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Indigenous: What’s in a name?

Brian Calliou, director of Indigenous Leadership and Management, shares stories and traditions with children in The Banff Centre tipi on National Aboriginal Day.

There was a time not that long ago when the world’s Indigenous peoples – in fact ALL of the world’s peoples – were not sending texts and emails, hopping on jets to meet up, and video-conferencing from boardrooms and hand-held devices. Today, however, Indigenous people from every corner of the globe are sharing their wise practices, their artistry and customs, their commonalities, and their differences through technological wizardry that never fails to equally confound and amaze me on a daily basis.

It seems as good a day as any, then, to witness a positive, forward-thinking, planet-embracing announcement here at The Banff Centre. The departments-formerly-known-as “Aboriginal”, are officially renamed Indigenous Arts and Indigenous Leadership and Management, effective Oct. 1, and I, for one, applaud this wise renaming.

As I have worked closely with these two departments for several years, I thought I would consult with my colleague Brian Calliou, who is not only director of the newly re-named Indigenous Leadership and Management, but also a lawyer and a wonderful and warm sort of fellow.

My question: What’s the difference between calling a country’s original inhabitants “Aboriginal” and “Indigenous”?

“’Indigenous’ definitely has a broad connotation of ‘original inhabitants with a connection to a territory’,”  Calliou tells me as we share a coffee on the MacLab Bistro patio in the late September sunshine. “This is a connotation used throughout the world, and is interesting because more and more we are hearing of Indigenous people in places we were not even aware of before.” Here in Canada, the use of “Indigenous” is gaining broader usage, even though “Aboriginal” has carried with it the legal and constitutional definition of rights possessed by our Métis, First Nations, and Inuit people.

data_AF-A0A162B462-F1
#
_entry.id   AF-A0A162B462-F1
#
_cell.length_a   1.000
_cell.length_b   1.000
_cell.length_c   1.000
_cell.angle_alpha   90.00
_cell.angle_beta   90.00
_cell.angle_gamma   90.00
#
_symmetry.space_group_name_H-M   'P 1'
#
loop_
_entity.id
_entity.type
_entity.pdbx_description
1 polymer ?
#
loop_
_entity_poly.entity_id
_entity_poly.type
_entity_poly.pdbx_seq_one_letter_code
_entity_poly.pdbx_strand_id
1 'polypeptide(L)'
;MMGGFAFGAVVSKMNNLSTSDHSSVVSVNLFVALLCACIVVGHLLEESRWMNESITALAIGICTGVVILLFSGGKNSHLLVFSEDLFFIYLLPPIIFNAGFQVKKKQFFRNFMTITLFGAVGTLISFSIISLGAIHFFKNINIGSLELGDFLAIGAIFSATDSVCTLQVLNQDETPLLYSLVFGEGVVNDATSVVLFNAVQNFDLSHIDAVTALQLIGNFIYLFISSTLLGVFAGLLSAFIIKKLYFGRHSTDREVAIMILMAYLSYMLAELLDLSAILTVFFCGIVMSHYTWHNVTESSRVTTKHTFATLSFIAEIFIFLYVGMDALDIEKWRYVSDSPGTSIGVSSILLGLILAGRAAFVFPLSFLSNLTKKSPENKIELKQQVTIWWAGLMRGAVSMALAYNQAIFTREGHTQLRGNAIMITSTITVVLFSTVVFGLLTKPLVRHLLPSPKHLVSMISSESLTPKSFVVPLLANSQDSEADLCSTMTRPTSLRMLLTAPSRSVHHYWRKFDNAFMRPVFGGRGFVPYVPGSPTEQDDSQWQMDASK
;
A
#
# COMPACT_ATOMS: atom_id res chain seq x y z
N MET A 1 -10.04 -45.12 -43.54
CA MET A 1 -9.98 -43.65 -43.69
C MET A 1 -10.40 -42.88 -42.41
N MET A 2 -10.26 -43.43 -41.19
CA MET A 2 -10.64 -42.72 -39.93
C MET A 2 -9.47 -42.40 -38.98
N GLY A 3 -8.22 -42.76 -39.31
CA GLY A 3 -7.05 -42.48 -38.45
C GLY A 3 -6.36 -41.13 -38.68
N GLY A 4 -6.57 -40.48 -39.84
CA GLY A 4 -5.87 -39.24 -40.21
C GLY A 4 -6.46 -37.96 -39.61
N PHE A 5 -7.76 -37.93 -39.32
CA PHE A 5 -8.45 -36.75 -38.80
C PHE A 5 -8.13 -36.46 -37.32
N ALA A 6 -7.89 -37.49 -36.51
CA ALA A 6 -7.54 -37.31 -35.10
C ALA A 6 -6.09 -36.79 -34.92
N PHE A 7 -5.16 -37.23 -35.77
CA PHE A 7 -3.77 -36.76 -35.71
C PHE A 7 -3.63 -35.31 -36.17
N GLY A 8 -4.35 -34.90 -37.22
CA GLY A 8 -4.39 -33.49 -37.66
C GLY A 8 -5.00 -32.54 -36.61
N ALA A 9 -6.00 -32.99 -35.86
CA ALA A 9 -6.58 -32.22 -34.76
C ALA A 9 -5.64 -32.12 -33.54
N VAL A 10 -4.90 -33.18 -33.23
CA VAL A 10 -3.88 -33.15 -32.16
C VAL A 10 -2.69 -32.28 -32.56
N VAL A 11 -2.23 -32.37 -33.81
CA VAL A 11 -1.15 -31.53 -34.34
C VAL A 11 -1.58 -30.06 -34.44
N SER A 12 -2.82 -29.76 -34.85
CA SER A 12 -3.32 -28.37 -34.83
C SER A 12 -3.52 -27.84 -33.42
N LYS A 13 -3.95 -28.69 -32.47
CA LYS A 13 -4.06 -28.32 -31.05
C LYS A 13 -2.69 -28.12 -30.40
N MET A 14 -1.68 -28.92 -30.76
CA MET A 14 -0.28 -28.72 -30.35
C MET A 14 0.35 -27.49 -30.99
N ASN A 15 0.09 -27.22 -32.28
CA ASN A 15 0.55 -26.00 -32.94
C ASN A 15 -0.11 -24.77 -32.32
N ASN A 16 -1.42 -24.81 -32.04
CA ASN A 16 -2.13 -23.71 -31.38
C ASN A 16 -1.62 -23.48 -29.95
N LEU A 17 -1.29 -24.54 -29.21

Calliou, who led the recently concluded wise practices research project here at the Centre, points to the many connections his department has beyond Canada, in both applied research and programming. A symposium last month sharing the wise practices research involved researchers, academics, speakers, and delegates from the United States, Australia, and New Zealand.

Over in Indigenous Arts, there’s an even broader reach of participation and connection to other Indigenous people throughout the world. A good example would be the Indigenous Dance Residency, which has brought together extremely talented dancers and faculty from Canada, the United States, New Zealand, Australia, Mongolia, Nepal, and Mexico. Programs for Indigenous artists in music, visual arts, writing, and film also share international interest and participation.

While a name is important, the experience of joining with other Indigenous people in Banff for the purposes of research, artistic creation, or leadership development is what makes these two busy departments tick. “Banff has always been a connection point, a meeting place, and holds spiritual and cultural significance for the many Indigenous groups that have traveled here throughout the centuries,” Calliou says.

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Banff Summer Arts Festival Report: Week Four

During my undergrad in Theatre Studies my acting prof told me that stage presence isn’t something you can learn – it comes from self-confidence. Well folks, if she’s right, then this week’s performers were full of self-confidence!

I first went to a talk from visual artist Mark Leckey. Although I was sitting in the back and although he may have told the audience more than a couple of times, “At this point, I’m just rambling,” his talk was more than captivating. The reason? His passion for his work and his confidence in what he’s doing. He said it wasn’t until Fiorucci that he noticed how much the artwork affected him – how it made him obsess over it, to an almost unhealthy level. He knew he’d found his calling.

I then attended his live performance in the Walter Phillips Gallery of BigBoxGreenScreenRefrigeratorActions. Although I’d been to the show a few times before, his presence made it absolutely beguiling. He created an entire theatrical experience, all of my senses were at play. He loves his work and his confidence is what sells it.

Then I saw Wayne Lavallee, Pacific Curls, and the artists of Diverse As This Land the next night. In the intimate Margaret Greenham Theatre the audience sits really close to the stage, but Lavallee’s powerful voice engulfed the whole room. The singers who followed shared personal songs and traditions, with no hint of stage fright. Then Pacific Curls hit the stage and the ladies’ intensity made it impossible to peel your eyes from them – you almost didn’t notice the event lasted just over three hours.

 

 

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